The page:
Background: Maternal antibodies to high incidence antigens pose a challenge for the management of mothers, in the event of haemorrhage, and their babies, with a risk of haemolytic disease of the foetus and newborn (HDFN).
Case: A 44 year-old G5P4 Zimbabwean woman was found to have anti-U antibodies during her 4th pregnancy, which ended in miscarriage at 6 weeks. Her 5th pregnancy was complicated by insulin requiring gestational diabetes, but there were normal foetal ultrasounds throughout. Anti-U titres were monitored, rising from 1:2 to 1:1024 at 36 weeks. Her only sibling was positive for the U antigen. Iron was optimised during pregnancy. She delivered a male child after induction of labour at 39 weeks gestation, weighing 2605g with Apgar scores of 9 and 9 at 1 and 5 minutes, respectively. The infant’s phenotype was O R0r (Dce,ce) K- M-N+S-s+, direct antiglobulin test was strongly positive, with a pan-agglutinating eluate. Haemolysis was confirmed by haemoglobin falling from 137g/L at 6 hours to 76g/L at 3 days, absent haptoglobin with the bilirubin rising to 310 µmol/L despite phototherapy and 3 doses of intravenous immunoglobulin (1g/kg). The Red Cross Blood Service had 2 units of frozen U negative available within Australia, one of which was transfused (30ml/kg). A unit of maternal blood was obtained, but never transfused. Two further fresh units of U negative blood were sourced from the UK, and later frozen. The baby improved and was discharged at 8 days of age.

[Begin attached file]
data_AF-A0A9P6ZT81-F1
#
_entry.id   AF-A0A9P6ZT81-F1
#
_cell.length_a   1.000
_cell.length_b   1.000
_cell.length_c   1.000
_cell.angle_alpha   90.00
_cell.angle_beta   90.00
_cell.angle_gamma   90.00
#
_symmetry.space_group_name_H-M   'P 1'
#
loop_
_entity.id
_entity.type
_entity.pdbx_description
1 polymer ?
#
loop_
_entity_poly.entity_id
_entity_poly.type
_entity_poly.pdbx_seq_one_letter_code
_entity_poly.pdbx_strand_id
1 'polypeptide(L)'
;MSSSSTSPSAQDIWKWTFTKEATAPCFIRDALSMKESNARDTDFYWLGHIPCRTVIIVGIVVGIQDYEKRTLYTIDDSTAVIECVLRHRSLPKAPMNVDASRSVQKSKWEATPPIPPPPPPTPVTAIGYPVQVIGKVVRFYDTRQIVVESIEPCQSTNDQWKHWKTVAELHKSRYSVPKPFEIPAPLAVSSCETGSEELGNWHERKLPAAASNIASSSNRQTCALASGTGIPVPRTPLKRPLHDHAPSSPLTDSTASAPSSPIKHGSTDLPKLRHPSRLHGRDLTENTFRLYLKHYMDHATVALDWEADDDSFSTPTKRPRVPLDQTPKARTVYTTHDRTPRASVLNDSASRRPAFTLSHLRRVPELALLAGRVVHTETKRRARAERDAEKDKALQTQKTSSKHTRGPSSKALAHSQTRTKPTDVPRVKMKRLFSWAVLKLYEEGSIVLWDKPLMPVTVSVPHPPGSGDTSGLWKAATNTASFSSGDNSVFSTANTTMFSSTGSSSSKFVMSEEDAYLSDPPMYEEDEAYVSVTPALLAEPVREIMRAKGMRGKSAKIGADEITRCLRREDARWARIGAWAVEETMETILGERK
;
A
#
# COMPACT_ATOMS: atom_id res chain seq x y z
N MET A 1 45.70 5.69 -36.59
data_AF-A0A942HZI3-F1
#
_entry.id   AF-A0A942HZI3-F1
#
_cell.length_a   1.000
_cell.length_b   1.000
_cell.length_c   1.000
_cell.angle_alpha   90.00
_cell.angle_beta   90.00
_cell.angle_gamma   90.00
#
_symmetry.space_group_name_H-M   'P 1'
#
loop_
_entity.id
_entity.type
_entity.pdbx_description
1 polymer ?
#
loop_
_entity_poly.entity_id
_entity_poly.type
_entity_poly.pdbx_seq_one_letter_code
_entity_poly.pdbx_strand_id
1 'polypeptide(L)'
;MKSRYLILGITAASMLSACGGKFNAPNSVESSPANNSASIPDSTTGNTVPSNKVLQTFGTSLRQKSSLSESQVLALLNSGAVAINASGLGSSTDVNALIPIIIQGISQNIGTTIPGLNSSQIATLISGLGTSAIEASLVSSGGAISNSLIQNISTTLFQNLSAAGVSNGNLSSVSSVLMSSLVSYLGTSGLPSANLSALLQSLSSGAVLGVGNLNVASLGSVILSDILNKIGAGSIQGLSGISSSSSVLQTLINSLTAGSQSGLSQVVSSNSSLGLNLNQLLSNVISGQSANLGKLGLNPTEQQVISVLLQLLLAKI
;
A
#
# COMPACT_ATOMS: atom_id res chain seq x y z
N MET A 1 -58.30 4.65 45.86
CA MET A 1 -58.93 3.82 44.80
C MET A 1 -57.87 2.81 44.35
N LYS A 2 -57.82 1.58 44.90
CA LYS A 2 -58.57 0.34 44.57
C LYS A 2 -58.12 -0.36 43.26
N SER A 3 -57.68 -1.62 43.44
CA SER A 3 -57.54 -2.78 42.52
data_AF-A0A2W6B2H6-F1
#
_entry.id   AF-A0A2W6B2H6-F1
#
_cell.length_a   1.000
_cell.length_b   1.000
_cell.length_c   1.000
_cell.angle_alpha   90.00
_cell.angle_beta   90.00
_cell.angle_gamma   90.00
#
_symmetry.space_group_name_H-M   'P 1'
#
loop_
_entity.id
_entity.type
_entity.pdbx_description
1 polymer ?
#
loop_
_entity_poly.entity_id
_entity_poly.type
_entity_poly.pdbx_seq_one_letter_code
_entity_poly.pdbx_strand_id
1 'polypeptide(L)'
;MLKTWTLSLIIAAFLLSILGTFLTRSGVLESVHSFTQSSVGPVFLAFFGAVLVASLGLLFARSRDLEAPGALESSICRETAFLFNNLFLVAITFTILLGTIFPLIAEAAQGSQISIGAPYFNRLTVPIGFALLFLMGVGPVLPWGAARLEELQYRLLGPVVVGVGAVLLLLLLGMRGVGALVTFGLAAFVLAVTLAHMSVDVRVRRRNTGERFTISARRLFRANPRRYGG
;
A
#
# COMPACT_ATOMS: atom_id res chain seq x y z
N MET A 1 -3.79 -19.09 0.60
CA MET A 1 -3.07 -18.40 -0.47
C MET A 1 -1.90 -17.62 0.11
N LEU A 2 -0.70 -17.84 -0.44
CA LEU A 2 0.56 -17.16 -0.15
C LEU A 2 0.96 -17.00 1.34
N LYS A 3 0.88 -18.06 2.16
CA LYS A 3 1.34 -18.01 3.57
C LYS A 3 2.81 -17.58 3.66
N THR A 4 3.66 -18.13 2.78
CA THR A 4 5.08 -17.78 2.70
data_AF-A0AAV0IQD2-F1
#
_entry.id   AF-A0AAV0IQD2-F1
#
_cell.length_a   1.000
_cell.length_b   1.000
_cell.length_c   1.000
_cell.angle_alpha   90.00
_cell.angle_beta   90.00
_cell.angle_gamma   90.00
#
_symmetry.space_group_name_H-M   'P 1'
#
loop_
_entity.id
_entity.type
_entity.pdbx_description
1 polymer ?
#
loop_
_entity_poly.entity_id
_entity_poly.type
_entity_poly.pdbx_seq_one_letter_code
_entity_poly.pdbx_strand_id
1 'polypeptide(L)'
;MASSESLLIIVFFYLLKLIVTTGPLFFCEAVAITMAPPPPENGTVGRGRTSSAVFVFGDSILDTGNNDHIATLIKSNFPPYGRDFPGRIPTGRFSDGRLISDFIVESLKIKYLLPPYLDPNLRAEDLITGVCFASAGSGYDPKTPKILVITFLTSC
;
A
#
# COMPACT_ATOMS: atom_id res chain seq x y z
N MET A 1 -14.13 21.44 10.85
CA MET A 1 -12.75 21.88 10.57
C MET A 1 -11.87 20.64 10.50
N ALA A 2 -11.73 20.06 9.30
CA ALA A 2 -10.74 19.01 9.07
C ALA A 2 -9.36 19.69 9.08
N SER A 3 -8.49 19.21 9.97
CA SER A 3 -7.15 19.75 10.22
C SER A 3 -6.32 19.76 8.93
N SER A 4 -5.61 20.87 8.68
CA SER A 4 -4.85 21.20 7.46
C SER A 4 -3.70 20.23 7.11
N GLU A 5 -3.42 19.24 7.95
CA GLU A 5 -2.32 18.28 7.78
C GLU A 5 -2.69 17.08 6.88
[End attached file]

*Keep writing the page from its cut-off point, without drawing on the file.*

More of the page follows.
Discussion: The U antigen is part of the MNS blood group system and has been implicated in haemolytic transfusion reaction and HDFN. The prevalence of U-negative individuals is between 0.2-1.7% of African blood donors. Antibodies to rare antigens may pose a risk for HDFN and the inability to source red cells for transfusion. A plan to manage transfusion should be considered early and pre-emptive cryopreservation considered in women with known rare antibodies.